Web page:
Couple Who Scooped £1Million Lottery Win Use Cash To Help Both Daughters Get Pregnant
A couple who scooped a £1million lottery windfall are thrilled after they were able to help both their daughters have children through IVF. As soon as they realised they had won the EuroMillions Raffle in February 2018, Ruth and Mark Chalmers's thoughts turned to the struggles their daughters Natalie and Leanne each had with the condition polycystic ovary syndrome (PCOS). Now the couple from Halifax, West Yorkshire, are celebrating life as grandparents as they spend time with Natalie's son Koby, now three, and Leanne's son Brogen, 19 months. Mr Chalmers said that his first thought after he realised they had won was to make sure his daughters got on the property ladder and were mortgage-free. "And, after that, it was the grandchildren," he said.
Mr Chalmers said: "Natalie had gone through it for quite a number of years of trying to get pregnant and different things going on with her medical conditions. "At one stage, she rang me in floods of tears saying 'they want to take my womb out' and she thought that was the absolute end. "But luckily, she persevered, she saw some other doctors, and we didn't need to go down that route. And then we looked at going down the IVF route." Mr Chalmers said he feels as though they have had “another double-lottery win”. "That's how I look at it - the fact that the process was reasonably easy, and they were both successful in the first round. "And, obviously, we've got the two boys."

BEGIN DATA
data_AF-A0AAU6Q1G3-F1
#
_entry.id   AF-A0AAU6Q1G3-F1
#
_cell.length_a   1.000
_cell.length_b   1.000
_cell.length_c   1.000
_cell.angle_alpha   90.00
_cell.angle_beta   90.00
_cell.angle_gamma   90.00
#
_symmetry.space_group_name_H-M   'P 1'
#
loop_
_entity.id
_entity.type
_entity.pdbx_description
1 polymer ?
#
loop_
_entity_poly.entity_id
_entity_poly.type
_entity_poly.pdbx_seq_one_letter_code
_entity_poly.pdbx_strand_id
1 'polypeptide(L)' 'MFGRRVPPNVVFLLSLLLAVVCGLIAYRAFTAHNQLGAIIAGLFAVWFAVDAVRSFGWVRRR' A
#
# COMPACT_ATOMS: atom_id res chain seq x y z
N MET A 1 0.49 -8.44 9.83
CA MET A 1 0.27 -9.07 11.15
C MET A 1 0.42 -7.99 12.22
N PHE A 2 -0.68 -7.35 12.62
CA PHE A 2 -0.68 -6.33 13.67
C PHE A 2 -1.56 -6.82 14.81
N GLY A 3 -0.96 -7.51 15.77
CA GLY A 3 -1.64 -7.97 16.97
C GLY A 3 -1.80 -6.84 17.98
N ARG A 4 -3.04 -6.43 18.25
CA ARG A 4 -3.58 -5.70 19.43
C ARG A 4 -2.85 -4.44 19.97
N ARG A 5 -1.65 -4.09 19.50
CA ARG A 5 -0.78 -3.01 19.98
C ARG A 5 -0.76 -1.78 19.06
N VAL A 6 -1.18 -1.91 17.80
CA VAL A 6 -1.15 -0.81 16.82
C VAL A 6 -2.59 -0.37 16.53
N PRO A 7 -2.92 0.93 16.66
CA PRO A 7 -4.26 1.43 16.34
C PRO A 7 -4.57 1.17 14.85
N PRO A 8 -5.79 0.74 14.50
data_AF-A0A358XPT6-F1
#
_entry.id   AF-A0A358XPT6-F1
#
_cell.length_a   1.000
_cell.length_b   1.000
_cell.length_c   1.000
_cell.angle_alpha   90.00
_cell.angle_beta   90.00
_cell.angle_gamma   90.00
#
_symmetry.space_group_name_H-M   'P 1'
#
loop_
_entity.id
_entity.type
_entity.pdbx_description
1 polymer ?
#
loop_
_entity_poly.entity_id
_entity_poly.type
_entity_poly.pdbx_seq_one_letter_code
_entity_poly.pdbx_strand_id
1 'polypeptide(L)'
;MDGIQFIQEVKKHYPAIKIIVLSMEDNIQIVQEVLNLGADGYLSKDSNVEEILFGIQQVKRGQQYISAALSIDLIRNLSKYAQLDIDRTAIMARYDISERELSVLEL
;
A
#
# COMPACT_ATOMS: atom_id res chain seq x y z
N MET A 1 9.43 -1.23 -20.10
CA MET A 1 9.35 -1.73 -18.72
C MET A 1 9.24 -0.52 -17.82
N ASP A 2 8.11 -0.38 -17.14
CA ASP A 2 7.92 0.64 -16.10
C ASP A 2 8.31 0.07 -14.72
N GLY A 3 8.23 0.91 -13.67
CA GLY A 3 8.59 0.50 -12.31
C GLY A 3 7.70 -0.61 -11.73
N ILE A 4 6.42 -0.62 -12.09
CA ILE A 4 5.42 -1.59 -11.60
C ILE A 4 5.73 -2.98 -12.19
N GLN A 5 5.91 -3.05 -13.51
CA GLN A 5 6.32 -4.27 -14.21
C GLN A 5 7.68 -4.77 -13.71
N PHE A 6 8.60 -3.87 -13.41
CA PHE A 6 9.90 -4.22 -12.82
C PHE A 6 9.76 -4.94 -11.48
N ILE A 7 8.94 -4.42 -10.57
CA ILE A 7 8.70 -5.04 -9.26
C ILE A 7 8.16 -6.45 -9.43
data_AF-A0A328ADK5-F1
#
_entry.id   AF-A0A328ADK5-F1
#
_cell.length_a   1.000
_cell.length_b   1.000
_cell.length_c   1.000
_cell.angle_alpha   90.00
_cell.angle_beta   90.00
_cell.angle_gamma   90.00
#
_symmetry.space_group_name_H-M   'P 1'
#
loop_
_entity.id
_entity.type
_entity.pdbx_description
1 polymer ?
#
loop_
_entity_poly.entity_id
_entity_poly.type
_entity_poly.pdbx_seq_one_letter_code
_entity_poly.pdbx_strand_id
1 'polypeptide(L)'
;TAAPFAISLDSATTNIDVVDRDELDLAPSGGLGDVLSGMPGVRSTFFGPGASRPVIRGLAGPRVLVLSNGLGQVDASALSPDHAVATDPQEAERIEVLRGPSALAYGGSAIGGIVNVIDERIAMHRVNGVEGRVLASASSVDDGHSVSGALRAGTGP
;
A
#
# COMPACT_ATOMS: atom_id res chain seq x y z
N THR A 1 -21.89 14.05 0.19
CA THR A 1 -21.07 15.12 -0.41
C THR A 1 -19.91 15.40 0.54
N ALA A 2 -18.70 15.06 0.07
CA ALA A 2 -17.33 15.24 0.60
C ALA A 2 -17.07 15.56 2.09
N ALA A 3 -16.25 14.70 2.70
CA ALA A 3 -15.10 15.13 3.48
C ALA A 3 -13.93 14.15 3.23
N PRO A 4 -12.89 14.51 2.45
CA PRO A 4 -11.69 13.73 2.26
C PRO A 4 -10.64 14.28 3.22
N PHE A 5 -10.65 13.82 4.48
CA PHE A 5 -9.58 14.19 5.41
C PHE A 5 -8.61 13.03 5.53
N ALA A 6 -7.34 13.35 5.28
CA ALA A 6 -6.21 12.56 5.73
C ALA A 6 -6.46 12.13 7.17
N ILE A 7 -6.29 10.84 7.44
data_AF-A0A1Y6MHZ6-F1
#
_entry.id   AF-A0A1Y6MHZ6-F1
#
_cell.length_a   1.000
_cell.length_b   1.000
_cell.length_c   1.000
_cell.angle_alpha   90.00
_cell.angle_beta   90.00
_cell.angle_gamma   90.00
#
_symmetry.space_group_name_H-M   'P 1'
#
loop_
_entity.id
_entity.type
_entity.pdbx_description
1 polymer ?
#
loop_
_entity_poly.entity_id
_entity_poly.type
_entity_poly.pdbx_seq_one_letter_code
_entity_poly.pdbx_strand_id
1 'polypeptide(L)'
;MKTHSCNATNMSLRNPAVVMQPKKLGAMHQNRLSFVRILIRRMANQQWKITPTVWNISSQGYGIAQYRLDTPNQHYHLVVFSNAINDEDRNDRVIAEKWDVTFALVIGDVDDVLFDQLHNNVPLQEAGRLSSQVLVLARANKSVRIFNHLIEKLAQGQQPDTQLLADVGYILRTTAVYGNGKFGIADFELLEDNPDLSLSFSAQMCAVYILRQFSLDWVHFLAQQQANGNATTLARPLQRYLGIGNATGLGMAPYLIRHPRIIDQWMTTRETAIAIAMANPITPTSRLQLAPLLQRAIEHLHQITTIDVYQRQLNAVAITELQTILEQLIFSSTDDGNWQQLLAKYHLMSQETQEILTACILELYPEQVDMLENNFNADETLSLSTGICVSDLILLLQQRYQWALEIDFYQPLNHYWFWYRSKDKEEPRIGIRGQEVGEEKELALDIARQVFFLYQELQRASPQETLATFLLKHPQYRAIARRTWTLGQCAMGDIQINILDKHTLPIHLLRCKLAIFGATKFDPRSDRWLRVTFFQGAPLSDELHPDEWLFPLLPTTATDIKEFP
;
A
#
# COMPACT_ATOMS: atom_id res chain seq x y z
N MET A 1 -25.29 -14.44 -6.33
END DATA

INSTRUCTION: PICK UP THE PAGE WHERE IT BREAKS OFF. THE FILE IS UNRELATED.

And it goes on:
Mr Chalmers, 60, said he and his wife, 61, had planned to use a lump sum he received when he took early retirement to try to fund Natalie's IVF but "when we won the lottery it just made it so much easier". "The lottery is a fantasy that became reality for us," Mr Chalmers said. He added: "It's given us a lot of security and a lot of pleasure - most over those two (boys)." Mr Chalmers said he had nothing but praise for the IVF services his daughters used. Natalie, 33, explained how she had been through years of operations and tests to try to help her conceive despite having PCOS, but was told it was almost impossible to get pregnant conventionally. She said that when her mother and father told her about the lottery win making the IVF funding a lot more realistic, she felt "happy, excited, nervous".
Natalie said: "I just can't thank them enough for it. They have given me him (Koby), really. I wouldn't have been able to do it without them." Leanne, 36, said: "So, when I first found out (about her PCOS) my doctor actually said: 'You'll never have kids', but it turns out that they were wrong. "It's not impossible. It's just really hard." She described how, when she decided to try for a baby, she sat with her parents with a financial plan and said "look, I can afford to do this, I can afford to support both of us." Leanne said her dad "just said yes straightaway, which I didn't think he would." Asked about Brogen, she said: "He is really placid and is totally opposite to Koby. "They look like twins - everybody thinks they're brothers."